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Plans for free pre-K and community college could provide a ‘ladder into the middle class.’

3 min read

By Erica L. Green and Madeleine Ngo

WASHINGTON — What was once considered a progressive dream for the nation’s education system could be headed toward reality as Democrats push forward to broker a deal on a new spending plan containing President Biden’s most ambitious domestic policy goals.

Included in the list of programs Democrats agreed this week to include in their $3.5 trillion budget blueprint are Mr. Biden’s campaign proposals to offer prekindergarten enrollment for every 3- and 4-year-old in the country, and tuition-free community college to every young adult. So far, both proposals are drawing widespread support from the Democratic coalition and are expected to remain priorities as the party’s top leaders seek to deliver on bedrocks of Mr. Biden’s $4 trillion economic plan.

“Infrastructure’s about roads and bridges, but it’s about the other things we need to have a fully engaged and active work force,” said Senator Elizabeth Warren, Democrat of Massachusets. “That means child care for parents. It means early childhood education, giving our kids the right start. And that means post-high school education or training. That’s what it’s going to take in the 21st century.”

The deal reflects a watershed moment in a movement that for at least a decade has called for expanding the public education system to level the playing field for students from “cradle to career.”

“This is changing how we think about our expectations for public education for our society,” said John B. King Jr., a former education secretary under President Barack Obama who is now the president of the Education Trust, an equity-focused think tank. He added, “Making a universal commitment to 17 years, rather than 13 years, of schooling is a ‘New Deal’ style vision for what a healthy and thriving society looks like in the 21st century.”

Mr. King, who is a Democratic candidate for governor in Maryland, said that Mr. Biden was poised to achieve what Mr. Obama’s administration could not. The plans for universal prekindergarten and free community college mirror proposals made then that could not even get a hearing in Congress.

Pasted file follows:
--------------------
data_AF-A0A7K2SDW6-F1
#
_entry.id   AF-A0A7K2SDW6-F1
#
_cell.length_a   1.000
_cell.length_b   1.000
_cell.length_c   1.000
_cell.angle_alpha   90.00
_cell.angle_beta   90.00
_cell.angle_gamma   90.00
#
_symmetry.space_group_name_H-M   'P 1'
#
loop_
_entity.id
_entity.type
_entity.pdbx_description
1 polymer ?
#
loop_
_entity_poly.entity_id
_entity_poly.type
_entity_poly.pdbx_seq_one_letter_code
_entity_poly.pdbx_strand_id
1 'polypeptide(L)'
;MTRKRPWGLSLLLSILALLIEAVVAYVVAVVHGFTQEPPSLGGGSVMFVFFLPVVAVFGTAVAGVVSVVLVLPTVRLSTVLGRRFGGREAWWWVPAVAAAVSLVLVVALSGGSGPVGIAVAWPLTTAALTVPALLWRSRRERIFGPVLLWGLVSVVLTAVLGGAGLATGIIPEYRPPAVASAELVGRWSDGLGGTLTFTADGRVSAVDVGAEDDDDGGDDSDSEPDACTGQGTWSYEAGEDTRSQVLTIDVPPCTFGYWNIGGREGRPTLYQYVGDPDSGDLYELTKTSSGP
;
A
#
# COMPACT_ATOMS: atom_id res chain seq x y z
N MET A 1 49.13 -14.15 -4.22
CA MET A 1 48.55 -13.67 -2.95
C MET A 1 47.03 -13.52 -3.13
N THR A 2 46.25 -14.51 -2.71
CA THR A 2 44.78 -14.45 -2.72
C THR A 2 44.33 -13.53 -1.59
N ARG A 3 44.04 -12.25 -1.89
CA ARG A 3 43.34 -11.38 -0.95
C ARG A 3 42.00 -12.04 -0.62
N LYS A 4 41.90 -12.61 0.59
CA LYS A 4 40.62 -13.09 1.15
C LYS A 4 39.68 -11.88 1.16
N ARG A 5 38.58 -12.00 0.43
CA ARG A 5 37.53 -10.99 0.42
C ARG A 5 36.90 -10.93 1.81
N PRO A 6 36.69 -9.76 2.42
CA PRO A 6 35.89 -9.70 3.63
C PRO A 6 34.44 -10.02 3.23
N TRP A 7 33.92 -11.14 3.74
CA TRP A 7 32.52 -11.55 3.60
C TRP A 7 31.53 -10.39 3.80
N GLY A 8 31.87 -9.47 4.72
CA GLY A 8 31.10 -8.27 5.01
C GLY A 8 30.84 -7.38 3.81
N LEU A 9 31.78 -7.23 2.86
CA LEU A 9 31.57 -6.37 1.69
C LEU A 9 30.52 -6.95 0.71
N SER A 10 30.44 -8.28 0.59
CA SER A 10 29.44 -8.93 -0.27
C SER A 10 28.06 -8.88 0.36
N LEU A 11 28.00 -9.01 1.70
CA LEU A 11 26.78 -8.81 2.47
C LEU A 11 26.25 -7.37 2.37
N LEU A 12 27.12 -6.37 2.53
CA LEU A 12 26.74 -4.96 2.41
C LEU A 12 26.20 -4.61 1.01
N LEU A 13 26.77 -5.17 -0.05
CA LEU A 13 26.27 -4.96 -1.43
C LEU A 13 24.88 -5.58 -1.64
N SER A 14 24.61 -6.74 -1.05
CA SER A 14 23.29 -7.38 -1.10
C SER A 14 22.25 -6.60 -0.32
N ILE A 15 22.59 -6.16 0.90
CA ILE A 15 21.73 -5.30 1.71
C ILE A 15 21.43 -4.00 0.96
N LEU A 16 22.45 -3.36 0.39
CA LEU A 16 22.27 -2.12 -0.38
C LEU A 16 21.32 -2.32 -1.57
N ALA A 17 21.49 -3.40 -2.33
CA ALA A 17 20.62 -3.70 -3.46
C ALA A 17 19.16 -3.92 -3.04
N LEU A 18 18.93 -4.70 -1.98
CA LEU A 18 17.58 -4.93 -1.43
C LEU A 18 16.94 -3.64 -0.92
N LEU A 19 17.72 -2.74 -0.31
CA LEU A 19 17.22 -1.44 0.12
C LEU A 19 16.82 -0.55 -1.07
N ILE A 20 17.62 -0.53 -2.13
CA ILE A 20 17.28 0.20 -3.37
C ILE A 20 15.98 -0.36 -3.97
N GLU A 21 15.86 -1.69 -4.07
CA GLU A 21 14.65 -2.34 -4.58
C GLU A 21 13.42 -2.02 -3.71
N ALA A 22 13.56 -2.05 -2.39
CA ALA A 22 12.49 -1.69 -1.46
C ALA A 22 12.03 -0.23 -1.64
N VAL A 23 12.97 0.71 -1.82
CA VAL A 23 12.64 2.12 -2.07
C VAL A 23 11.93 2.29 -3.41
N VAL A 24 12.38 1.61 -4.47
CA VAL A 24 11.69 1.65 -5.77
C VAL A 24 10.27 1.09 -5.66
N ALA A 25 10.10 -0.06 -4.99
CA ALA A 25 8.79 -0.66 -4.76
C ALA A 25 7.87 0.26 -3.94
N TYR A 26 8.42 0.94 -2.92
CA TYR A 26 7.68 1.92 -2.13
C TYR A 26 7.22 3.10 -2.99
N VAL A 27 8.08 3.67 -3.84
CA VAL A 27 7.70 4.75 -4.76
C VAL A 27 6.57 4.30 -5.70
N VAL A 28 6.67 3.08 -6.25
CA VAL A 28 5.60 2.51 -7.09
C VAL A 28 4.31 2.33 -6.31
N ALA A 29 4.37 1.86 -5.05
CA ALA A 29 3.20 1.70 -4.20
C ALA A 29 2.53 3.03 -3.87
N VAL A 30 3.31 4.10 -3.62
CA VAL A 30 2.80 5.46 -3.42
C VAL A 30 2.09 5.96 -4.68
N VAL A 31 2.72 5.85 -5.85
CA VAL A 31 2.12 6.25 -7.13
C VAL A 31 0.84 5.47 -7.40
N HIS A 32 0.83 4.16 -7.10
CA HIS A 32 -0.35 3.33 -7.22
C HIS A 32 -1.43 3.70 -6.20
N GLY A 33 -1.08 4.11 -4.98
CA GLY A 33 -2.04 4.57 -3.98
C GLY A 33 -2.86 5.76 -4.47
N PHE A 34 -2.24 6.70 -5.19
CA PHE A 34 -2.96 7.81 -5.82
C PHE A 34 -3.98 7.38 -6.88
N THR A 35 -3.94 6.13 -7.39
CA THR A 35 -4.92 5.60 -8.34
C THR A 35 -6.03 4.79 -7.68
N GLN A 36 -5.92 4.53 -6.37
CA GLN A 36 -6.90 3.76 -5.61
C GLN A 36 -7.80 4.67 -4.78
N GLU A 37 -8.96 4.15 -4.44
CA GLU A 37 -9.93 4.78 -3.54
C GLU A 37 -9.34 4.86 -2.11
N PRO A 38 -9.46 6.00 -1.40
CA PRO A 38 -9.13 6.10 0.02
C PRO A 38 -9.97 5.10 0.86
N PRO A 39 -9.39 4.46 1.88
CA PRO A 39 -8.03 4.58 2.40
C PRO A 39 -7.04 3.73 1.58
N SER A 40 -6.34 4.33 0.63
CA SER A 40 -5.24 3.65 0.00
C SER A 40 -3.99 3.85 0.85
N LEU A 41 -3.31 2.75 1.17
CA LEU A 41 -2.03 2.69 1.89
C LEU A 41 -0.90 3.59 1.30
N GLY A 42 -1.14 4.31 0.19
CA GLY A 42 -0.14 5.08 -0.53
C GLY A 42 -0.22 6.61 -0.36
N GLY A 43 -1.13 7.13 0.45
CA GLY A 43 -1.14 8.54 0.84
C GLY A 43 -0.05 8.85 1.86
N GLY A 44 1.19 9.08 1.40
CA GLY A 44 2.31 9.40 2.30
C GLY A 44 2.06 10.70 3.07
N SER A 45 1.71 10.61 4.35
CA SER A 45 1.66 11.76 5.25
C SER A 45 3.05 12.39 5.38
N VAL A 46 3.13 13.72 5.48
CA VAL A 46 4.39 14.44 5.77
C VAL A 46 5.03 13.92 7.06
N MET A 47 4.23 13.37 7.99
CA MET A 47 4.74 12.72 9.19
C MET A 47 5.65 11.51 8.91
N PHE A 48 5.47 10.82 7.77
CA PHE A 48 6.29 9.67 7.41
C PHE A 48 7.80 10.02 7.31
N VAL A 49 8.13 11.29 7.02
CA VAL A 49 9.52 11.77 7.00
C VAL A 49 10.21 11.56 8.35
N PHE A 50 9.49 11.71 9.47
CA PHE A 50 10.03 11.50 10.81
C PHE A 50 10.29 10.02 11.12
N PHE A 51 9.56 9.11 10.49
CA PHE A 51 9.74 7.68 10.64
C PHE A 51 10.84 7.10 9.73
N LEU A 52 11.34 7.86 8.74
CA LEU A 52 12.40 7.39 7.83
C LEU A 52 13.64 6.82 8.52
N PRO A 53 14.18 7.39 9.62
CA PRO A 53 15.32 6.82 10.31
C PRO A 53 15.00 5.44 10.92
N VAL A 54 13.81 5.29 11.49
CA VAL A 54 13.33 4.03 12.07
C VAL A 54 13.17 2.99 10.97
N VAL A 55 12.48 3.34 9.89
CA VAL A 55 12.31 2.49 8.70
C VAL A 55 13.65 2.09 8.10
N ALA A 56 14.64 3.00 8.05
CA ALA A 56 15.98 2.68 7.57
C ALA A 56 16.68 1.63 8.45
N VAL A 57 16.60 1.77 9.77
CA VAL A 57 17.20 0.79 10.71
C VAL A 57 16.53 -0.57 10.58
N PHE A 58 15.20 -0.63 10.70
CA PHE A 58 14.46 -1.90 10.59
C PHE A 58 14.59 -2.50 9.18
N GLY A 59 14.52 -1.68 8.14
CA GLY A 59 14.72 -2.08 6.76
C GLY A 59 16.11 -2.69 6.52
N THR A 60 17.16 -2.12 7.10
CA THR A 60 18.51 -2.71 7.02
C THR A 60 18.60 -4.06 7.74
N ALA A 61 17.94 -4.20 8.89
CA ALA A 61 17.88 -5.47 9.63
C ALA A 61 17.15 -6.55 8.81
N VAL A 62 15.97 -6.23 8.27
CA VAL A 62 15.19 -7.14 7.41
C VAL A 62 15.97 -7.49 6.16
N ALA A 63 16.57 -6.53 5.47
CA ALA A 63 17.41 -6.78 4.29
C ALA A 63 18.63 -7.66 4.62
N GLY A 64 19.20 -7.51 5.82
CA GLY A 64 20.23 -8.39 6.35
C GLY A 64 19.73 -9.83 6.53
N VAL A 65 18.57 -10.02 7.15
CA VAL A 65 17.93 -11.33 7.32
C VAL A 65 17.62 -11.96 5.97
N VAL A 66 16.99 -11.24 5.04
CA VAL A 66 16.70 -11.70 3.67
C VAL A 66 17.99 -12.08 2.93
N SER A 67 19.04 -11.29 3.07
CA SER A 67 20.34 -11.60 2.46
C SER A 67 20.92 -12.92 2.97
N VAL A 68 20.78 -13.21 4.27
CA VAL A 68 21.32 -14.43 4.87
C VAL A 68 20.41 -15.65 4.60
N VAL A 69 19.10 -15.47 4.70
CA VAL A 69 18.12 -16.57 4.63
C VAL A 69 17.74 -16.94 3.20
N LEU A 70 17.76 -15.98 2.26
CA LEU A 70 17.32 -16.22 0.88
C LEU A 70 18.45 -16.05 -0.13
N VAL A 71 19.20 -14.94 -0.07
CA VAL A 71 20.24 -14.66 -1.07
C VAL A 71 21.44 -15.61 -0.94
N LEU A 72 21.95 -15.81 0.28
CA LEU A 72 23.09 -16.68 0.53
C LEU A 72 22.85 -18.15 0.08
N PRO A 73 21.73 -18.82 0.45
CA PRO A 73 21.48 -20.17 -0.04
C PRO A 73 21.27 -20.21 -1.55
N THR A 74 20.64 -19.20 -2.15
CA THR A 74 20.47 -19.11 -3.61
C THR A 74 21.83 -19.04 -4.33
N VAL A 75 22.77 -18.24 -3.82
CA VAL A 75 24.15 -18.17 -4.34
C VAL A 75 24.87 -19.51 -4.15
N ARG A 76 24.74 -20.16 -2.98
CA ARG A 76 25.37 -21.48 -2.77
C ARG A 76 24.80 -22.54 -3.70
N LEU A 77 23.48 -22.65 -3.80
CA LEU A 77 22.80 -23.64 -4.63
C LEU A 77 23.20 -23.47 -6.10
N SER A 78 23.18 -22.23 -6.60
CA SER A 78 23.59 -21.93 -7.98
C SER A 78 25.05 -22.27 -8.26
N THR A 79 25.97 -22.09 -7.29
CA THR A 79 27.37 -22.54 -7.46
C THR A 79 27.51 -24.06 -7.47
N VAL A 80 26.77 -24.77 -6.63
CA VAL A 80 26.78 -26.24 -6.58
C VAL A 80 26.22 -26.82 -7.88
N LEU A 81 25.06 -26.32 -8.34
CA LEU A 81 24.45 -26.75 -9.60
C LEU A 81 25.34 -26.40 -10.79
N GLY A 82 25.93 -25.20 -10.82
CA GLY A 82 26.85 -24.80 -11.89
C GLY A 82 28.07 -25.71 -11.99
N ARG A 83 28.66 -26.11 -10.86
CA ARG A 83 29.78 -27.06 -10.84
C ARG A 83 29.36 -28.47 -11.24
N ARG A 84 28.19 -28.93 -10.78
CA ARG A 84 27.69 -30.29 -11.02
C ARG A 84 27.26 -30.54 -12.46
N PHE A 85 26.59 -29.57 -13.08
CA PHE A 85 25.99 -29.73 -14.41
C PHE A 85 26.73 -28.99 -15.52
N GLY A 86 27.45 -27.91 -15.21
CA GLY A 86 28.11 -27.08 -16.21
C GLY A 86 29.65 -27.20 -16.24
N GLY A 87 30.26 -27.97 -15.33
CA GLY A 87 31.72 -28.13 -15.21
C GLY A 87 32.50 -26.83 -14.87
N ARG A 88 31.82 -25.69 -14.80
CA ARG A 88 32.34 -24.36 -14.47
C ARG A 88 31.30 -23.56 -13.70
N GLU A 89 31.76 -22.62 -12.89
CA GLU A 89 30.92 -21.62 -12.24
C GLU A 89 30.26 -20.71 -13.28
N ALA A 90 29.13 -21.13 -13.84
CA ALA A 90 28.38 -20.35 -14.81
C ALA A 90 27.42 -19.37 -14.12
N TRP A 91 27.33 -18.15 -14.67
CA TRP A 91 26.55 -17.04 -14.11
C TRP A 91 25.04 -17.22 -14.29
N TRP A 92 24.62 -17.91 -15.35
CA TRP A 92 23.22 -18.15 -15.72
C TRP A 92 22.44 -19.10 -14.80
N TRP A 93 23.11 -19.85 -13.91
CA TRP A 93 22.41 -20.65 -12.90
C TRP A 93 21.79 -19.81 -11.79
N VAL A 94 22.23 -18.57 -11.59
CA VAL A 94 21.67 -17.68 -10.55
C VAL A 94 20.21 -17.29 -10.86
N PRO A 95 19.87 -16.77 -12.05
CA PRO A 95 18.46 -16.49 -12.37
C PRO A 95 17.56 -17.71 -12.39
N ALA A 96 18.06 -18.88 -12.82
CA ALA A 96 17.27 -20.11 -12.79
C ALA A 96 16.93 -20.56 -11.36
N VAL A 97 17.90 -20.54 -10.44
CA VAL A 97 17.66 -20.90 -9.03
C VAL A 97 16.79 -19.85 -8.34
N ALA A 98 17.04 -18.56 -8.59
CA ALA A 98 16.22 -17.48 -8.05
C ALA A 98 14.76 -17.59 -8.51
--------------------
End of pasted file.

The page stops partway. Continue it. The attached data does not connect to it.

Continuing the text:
“This shows elections have consequences,” he said, “and reflects an amazing transformation of our politics over a short period of time.”

There are no details yet of what the mammoth deal will contain, and the overall spending figure could shrink. But plans for universal pre-K and community college outlined in Mr. Biden’s $1.8 trillion package of economic proposals, known as the American Families Plan, called for $109 billion to fund two years of tuition-free community college for all. The administration estimated that would benefit millions of students, particularly minority and low-income students, who face economic barriers to obtaining a degree.

It also proposed $200 billion to pay for free pre-K programs, after evidence has grown for decades that unequal access creates achievement gaps among children before they reach kindergarten.

The package comes at a pivotal time, with both the higher education and K-12 sectors reeling from the effects of the coronavirus pandemic.

Community college enrollment fell by about 10 percent from 2019 to 2020, with the steepest declines occurring among Black and Latino students, according to the National Student Clearinghouse. Preschool enrollment declined by nearly 25 percent over the past year. As of December, about half of 4-year-olds and 40 percent of 3-year-olds were attending pre-K, including virtually.

Only 13 percent of children living in low-income households were receiving an in-person preschool education in December, according to the National Institute for Early Education Research.

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